4.2.10 Compound Values

It should be possible for a Core Presentation Attribute to be represented as a set of values that may be ordered or unordered.

5 End-to-End Use Cases

The following use cases are intended to motivate the need for Core Presentation Attributes in a few well-defined situations.  

Some use cases are shown as requests for particular resources. Not all the attributes may need to be sent with each request, depending on the protocol used in the request. For example, in CC/PP or UAProf, attributes can be included as part of an HTTP request either explicitly or by reference to a base profile. It is not the purpose of the proposed recommendation to specify which representation and protocol should be used for conveying attributes.

One use case is shown as the definition of a document profile. It is intended that the attributes associated with a document could be used as part of content negotiation to match the document to a request for a specific delivery context. Again, it is not the purpose of the proposed recommendation to specify a particular content negotiation mechanism. However, the value of using comparable attributes in a document request and in a document profile should be obvious.

The example attributes listed as part of the use cases are not intended to show the exact attribute names or the syntactic representations to be used in the final recommendation. These example attributes are also not intended to be the only attributes needed in these use cases. The proposed recommendation will need to consider which attributes should be defined as core.

5.1 Request for a static image resource


A user agent wishes to fetch a static image resource and include it as part of a presentation.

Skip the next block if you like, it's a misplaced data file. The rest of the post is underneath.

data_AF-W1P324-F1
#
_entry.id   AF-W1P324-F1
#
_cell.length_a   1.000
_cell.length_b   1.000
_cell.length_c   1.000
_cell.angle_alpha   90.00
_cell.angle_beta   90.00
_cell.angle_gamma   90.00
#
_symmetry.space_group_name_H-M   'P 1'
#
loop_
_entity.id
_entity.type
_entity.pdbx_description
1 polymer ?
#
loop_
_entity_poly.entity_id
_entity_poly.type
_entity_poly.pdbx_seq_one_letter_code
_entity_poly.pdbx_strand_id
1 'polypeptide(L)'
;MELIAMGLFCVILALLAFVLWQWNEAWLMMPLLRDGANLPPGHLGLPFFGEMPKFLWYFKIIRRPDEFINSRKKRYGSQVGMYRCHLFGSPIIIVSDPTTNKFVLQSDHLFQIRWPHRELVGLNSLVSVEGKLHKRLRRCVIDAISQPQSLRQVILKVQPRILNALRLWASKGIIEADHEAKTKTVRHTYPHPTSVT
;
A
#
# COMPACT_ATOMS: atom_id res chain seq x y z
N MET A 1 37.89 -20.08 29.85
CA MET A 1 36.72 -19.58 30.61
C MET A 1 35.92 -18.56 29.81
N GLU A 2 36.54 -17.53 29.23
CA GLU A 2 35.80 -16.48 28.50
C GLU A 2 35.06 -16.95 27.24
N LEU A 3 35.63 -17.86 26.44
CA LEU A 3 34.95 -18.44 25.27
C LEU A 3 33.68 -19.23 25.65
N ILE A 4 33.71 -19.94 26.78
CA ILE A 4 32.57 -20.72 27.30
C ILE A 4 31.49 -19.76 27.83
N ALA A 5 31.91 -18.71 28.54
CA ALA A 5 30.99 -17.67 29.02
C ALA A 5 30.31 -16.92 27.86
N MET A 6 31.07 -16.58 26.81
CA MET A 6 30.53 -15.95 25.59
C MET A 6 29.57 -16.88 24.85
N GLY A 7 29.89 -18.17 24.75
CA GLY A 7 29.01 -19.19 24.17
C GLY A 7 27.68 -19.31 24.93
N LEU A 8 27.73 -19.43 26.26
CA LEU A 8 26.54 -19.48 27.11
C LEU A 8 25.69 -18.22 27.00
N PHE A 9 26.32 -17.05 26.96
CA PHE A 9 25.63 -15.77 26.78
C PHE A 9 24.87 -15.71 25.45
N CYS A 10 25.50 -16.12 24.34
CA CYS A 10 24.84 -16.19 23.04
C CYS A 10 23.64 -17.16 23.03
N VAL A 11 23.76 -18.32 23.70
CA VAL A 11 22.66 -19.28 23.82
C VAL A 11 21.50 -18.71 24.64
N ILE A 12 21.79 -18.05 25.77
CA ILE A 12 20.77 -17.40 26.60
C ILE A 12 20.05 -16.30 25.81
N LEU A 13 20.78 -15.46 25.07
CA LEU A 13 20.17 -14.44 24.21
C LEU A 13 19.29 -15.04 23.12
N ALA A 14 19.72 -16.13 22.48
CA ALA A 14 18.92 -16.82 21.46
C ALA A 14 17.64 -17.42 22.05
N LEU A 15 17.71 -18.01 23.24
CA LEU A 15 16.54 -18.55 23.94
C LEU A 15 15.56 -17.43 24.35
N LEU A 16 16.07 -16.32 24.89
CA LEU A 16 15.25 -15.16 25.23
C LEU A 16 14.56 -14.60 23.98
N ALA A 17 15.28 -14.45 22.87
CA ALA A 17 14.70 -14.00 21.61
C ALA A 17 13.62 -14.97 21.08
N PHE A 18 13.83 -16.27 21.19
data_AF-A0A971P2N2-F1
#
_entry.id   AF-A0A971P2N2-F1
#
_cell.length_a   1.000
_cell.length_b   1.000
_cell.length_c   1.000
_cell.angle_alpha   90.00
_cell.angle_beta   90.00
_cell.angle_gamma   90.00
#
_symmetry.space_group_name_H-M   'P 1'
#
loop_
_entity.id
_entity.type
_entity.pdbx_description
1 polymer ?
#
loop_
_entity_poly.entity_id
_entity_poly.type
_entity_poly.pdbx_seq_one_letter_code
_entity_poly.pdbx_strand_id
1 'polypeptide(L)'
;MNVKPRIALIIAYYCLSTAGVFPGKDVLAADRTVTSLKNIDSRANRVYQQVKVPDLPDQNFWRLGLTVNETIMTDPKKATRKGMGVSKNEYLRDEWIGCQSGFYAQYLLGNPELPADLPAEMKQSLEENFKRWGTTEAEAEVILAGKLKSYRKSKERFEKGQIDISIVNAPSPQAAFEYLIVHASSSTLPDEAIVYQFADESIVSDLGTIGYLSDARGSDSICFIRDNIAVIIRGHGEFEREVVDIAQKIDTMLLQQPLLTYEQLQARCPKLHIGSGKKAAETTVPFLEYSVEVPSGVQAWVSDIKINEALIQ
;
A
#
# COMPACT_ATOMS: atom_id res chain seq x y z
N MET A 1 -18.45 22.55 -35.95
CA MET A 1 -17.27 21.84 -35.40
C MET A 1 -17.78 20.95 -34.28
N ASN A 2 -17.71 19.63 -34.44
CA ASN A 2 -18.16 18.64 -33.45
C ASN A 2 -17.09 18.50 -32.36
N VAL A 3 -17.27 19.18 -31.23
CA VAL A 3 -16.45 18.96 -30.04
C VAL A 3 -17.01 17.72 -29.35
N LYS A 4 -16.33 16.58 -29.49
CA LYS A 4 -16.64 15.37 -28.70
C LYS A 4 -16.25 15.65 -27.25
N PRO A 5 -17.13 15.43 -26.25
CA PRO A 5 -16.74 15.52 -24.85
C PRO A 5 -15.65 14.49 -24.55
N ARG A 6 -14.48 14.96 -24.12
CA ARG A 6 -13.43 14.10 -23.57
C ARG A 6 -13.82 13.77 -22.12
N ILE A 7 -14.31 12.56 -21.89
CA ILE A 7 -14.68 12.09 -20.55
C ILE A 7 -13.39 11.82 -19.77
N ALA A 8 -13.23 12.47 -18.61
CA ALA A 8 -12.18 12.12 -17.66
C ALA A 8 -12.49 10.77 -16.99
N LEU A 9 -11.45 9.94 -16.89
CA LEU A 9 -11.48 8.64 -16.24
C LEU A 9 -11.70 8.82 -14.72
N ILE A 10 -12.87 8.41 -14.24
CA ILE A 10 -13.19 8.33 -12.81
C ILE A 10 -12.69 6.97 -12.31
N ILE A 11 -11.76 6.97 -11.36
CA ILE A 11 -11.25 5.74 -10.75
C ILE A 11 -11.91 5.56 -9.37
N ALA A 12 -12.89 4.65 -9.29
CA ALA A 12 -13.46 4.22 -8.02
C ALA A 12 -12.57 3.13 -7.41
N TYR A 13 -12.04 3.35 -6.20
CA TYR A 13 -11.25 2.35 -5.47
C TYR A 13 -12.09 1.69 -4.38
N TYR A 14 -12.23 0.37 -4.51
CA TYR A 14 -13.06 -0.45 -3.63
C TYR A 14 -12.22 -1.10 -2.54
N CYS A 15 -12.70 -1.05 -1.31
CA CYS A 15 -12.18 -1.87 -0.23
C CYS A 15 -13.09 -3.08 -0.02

This is the ubiquitous situation when a web browser fetches an image for inclusion in a web page. It could also apply when fetching an image for display on its own, such as in a photo album appliance. On the other hand, a web browser may already have a reference to an image resource but wishes to present it in some alternative form, such as text or speech.


The user agent may require the presented image to fit within a certain display area. The image resource may be available in different formats and resolutions. The user agent may wish to fetch a textual summary of the image rather than the image itself.


The following Core Presentation Attributes would therefore be relevant as part of making the request for the resource:


Though the user agent may suggest a target image size, there is no guarantee (depending on the extent to which the delivery path supports content negotiation and adaptation) that the delivered image will be that size. Browsers themselves are often able to scale an image to the size they need. By suggesting a target size, however, the opportunity exists for the origin server, or some intermediate image transcoding proxy, to do a better job (where possible and permitted) of providing an appropriate version of the image.  Within the delivery context protocol, further controls over intermediate processing may be needed.

5.2 Request for a static formatted (HTML) resource


A user agent wishes to fetch a static formatted resource (represented as HTML) and include it as part of a presentation.


This is the ubiquitous situation when a web browser fetches an HTML web page for display in a browser window. It could also apply when a proxy fetches some HTML for display within a defined area within a portal presentation, or when a user agent fetches a presentation for filling a complete display area such as a projected presentation.